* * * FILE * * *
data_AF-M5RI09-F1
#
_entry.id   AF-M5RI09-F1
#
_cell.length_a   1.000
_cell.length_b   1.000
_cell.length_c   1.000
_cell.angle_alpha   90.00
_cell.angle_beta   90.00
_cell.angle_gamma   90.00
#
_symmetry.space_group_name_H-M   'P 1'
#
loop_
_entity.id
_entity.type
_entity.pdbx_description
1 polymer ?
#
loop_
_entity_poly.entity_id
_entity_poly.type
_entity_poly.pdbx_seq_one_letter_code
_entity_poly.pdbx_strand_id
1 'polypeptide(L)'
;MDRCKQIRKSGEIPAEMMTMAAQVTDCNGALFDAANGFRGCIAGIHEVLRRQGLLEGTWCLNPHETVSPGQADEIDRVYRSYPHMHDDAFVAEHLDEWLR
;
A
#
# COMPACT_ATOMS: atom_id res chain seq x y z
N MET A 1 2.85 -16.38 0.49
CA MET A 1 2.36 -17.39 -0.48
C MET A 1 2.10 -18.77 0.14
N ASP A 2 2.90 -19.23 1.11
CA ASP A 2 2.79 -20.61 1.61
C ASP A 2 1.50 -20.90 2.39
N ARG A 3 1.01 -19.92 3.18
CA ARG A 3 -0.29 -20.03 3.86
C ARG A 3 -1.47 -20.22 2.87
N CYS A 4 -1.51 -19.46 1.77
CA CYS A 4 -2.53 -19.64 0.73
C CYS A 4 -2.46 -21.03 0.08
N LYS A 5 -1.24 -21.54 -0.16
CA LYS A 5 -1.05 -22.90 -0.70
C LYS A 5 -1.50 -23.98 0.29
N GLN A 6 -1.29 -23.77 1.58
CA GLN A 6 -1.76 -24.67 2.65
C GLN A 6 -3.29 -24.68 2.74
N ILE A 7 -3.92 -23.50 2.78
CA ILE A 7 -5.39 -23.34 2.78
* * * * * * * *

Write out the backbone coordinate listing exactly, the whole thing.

data_AF-M5RI09-F1
#
_entry.id   AF-M5RI09-F1
#
_cell.length_a   1.000
_cell.length_b   1.000
_cell.length_c   1.000
_cell.angle_alpha   90.00
_cell.angle_beta   90.00
_cell.angle_gamma   90.00
#
_symmetry.space_group_name_H-M   'P 1'
#
loop_
_entity.id
_entity.type
_entity.pdbx_description
1 polymer ?
#
loop_
_entity_poly.entity_id
_entity_poly.type
_entity_poly.pdbx_seq_one_letter_code
_entity_poly.pdbx_strand_id
1 'polypeptide(L)'
;MDRCKQIRKSGEIPAEMMTMAAQVTDCNGALFDAANGFRGCIAGIHEVLRRQGLLEGTWCLNPHETVSPGQADEIDRVYRSYPHMHDDAFVAEHLDEWLR
;
A
#
# COMPACT_ATOMS: atom_id res chain seq x y z
N MET A 1 2.85 -16.38 0.49
CA MET A 1 2.36 -17.39 -0.48
C MET A 1 2.10 -18.77 0.14
N ASP A 2 2.90 -19.23 1.11
CA ASP A 2 2.79 -20.61 1.61
C ASP A 2 1.50 -20.90 2.39
N ARG A 3 1.01 -19.92 3.18
CA ARG A 3 -0.29 -20.03 3.86
C ARG A 3 -1.47 -20.22 2.87
N CYS A 4 -1.51 -19.46 1.77
CA CYS A 4 -2.53 -19.64 0.73
C CYS A 4 -2.46 -21.03 0.08
N LYS A 5 -1.24 -21.54 -0.16
CA LYS A 5 -1.05 -22.90 -0.70
C LYS A 5 -1.50 -23.98 0.29
N GLN A 6 -1.29 -23.77 1.58
CA GLN A 6 -1.76 -24.67 2.65
C GLN A 6 -3.29 -24.68 2.74
N ILE A 7 -3.92 -23.50 2.78
CA ILE A 7 -5.39 -23.34 2.78